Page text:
“I’d Burn The World To Save Her”: Matt Stover’s Heroes Die

Copyright © 1998 by Matthew Woodring Stover. All Rights Reserved.

Matthew Woodring Stover is awesome.

He writes with passion and expertise.  His stories blend together hardcore action and philosophical questions.  His characters struggle with both, facing crises that threaten not only their lives, but their integrity–or whatever principles they live by.

Stover is famous for his contributions to the Star Wars Expanded Universe, particularly his novelization of Revenge of the Sith.  But the best way to start with his works is through the first of his Acts of Caine novels, Heroes Die.

In this novel, we get a glimpse into the life of Hari Michaelson, better known by his alter ego, the ruthless fighter Caine.  Hari has developed his celebrity status by fighting in a parallel world called Overworld for the entertainment of the masses back home.  But complications arise when Hari is contracted to kill the Emperor of this fantasy world, and his ex-wife Shanna–a fellow Actor–is threatened with a gruesome death unless Caine can intervene.

With Stover’s writing, you get a story that moves well, yet covers a lot of exposition, even as arrows fly through the air and the adrenaline is coursing through your veins.  You get the raw experience of Caine and his plight as a reader in the same way that Caine’s fictional audience on dystopian Earth enjoy his adventures.

I’m reminded of what Livy said about the gladiators of his era:

A man who knows how to conquer in war is a man who knows how to arrange a banquet and put on a show.

The same can be said of Caine, both in this novel and in its sequels.  He isn’t just a tactical genius and a ruthless killer.  He gives you a show, born of his expertise in the art of war and his own dark humor.

Bibliography: Stover, Matthew Woodring.  Heroes Die.  New York: Del Rey, 1998.

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7 thoughts on ““I’d Burn The World To Save Her”: Matt Stover’s Heroes Die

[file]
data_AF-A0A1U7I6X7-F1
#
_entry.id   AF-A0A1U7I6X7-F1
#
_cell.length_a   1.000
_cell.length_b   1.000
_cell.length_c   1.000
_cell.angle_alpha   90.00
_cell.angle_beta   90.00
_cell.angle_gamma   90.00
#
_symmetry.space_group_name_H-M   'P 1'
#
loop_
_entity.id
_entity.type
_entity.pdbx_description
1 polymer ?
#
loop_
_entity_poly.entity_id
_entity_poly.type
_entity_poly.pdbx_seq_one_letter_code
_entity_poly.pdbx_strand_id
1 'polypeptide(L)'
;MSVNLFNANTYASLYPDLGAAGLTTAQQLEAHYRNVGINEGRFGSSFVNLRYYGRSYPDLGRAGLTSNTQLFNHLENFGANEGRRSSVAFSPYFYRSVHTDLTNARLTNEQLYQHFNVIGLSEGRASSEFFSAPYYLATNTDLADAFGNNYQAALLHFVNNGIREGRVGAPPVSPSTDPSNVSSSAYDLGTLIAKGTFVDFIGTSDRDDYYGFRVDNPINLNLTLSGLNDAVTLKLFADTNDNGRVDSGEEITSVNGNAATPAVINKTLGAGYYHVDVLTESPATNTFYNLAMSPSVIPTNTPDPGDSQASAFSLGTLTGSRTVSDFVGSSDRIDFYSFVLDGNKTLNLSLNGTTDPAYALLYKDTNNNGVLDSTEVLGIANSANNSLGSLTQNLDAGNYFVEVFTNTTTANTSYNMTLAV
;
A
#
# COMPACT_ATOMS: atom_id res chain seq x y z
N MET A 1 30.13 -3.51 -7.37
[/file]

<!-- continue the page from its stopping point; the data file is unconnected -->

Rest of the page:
1. Pingback: Tell Your Gods She Doesn’t Work For Free: Matt Stover’s Jericho Moon « The Rhapsodist

  2. I’m surprised (but glad) to see someone actually reviewing one of Stover’s Caine books. He normally gets completely overlooked due to giants like George R.R. Martin. (Who, to be fair, deserves his fame as a great writer.) I was left a bit cold by ‘Caine Black Knife’, but ‘Heroes Die’ is a lovely read — simple plot, powerful execution.

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    1. Funny you should mention that, as I’m going to be reviewing George R.R. Martin’s “Game of Thrones” very soon.

      And I agree that “Caine Black Knife” wasn’t my favorite Caine story, but I’m hoping that we’ll get something real powerful when “His Father’s Fist” comes out.

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  3. Pingback: The Sum Of Our Scars: “Blade of Tyshalle” by Matthew Woodring Stover « The Rhapsodist

  4. Pingback: Double Review: “Caine Black Knife” and “Caine’s Law” by Matthew Woodring Stover « The Rhapsodist

  5. I really loved this book, thank you for recommending it. You almost never see a book that combines fantasy and science fiction, much less one that does it well. I want to read the sequels at some point. Also, could see as a movie, maybe with Timothy Olyphant in the starring role.

    But something I’ve never liked, and I still don’t really, is the dystopian sports genre. I never get how a single blood sport can somehow support the entire world’s economy and keep the corrupt government in charge. I didn’t mind it so much here, since the class system and home world was very detailed. I just notice the economic aspects of these stories are never discussed, because I don’t think they would hold up logically.

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    1. Glad you liked it. As for a movie role, my money’s on Robert Downey, Jr. He’s got that badass appeal, plus he can swear and talk up a storm like Caine.

      I, too, am not a fan of the blood sport genre, with these series being the sole exception. It helps that there’s a lot of thought put into the system and its implications (i.e., the natives see the Actors as demons who come from out of nowhere and slaughter them for fun). But both the Studio system and the dystopian future get better explained and justified in the second book, Blade of Tyshalle. You learn more about why Hari’s world is in such a sad state and has such a strong caste society.

      Thanks for the comment, and thanks for reading!

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